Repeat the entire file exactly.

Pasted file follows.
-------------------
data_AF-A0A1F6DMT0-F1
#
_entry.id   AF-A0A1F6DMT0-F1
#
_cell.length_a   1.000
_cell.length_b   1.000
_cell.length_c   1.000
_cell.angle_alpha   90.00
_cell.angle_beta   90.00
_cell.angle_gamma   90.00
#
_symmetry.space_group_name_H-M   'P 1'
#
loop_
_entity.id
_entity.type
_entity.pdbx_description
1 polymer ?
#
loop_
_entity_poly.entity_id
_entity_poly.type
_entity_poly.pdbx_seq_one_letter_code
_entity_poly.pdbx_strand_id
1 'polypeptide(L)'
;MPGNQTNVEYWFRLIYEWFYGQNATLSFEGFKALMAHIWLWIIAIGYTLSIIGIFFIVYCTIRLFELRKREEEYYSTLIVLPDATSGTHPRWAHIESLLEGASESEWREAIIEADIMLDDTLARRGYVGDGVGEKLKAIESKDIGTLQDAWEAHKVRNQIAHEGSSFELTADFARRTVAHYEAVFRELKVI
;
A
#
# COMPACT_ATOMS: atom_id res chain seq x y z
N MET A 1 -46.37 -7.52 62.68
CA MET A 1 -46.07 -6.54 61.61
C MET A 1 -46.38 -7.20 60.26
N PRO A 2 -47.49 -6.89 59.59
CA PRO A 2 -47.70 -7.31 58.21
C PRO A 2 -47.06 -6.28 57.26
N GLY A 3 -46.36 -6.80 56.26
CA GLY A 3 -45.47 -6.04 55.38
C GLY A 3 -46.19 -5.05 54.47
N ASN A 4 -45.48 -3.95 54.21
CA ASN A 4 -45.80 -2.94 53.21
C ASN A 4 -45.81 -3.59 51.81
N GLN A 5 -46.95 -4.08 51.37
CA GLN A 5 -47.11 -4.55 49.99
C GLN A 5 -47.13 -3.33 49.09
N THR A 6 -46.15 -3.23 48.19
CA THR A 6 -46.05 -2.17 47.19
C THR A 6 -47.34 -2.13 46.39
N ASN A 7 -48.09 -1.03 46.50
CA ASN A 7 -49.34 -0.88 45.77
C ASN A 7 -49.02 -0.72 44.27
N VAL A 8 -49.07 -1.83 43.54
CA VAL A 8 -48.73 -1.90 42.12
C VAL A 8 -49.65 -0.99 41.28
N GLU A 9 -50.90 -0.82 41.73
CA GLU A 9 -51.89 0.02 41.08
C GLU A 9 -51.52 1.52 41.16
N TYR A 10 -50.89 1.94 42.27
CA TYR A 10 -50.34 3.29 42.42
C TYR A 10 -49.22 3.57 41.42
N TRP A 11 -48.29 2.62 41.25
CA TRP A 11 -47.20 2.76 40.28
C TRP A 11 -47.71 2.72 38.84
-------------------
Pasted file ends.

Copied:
data_AF-A0A1F6DMT0-F1
#
_entry.id   AF-A0A1F6DMT0-F1
#
_cell.length_a   1.000
_cell.length_b   1.000
_cell.length_c   1.000
_cell.angle_alpha   90.00
_cell.angle_beta   90.00
_cell.angle_gamma   90.00
#
_symmetry.space_group_name_H-M   'P 1'
#
loop_
_entity.id
_entity.type
_entity.pdbx_description
1 polymer ?
#
loop_
_entity_poly.entity_id
_entity_poly.type
_entity_poly.pdbx_seq_one_letter_code
_entity_poly.pdbx_strand_id
1 'polypeptide(L)'
;MPGNQTNVEYWFRLIYEWFYGQNATLSFEGFKALMAHIWLWIIAIGYTLSIIGIFFIVYCTIRLFELRKREEEYYSTLIVLPDATSGTHPRWAHIESLLEGASESEWREAIIEADIMLDDTLARRGYVGDGVGEKLKAIESKDIGTLQDAWEAHKVRNQIAHEGSSFELTADFARRTVAHYEAVFRELKVI
;
A
#
# COMPACT_ATOMS: atom_id res chain seq x y z
N MET A 1 -46.37 -7.52 62.68
CA MET A 1 -46.07 -6.54 61.61
C MET A 1 -46.38 -7.20 60.26
N PRO A 2 -47.49 -6.89 59.59
CA PRO A 2 -47.70 -7.31 58.21
C PRO A 2 -47.06 -6.28 57.26
N GLY A 3 -46.36 -6.80 56.26
CA GLY A 3 -45.47 -6.04 55.38
C GLY A 3 -46.19 -5.05 54.47
N ASN A 4 -45.48 -3.95 54.21
CA ASN A 4 -45.80 -2.94 53.21
C ASN A 4 -45.81 -3.59 51.81
N GLN A 5 -46.95 -4.08 51.37
CA GLN A 5 -47.11 -4.55 49.99
C GLN A 5 -47.13 -3.33 49.09
N THR A 6 -46.15 -3.23 48.19
CA THR A 6 -46.05 -2.17 47.19
C THR A 6 -47.34 -2.13 46.39
N ASN A 7 -48.09 -1.03 46.50
CA ASN A 7 -49.34 -0.88 45.77
C ASN A 7 -49.02 -0.72 44.27
N VAL A 8 -49.07 -1.83 43.54
CA VAL A 8 -48.73 -1.90 42.12
C VAL A 8 -49.65 -0.99 41.28
N GLU A 9 -50.90 -0.82 41.73
CA GLU A 9 -51.89 0.02 41.08
C GLU A 9 -51.52 1.52 41.16
N TYR A 10 -50.89 1.94 42.27
CA TYR A 10 -50.34 3.29 42.42
C TYR A 10 -49.22 3.57 41.42
N TRP A 11 -48.29 2.62 41.25
CA TRP A 11 -47.20 2.76 40.28
C TRP A 11 -47.71 2.72 38.84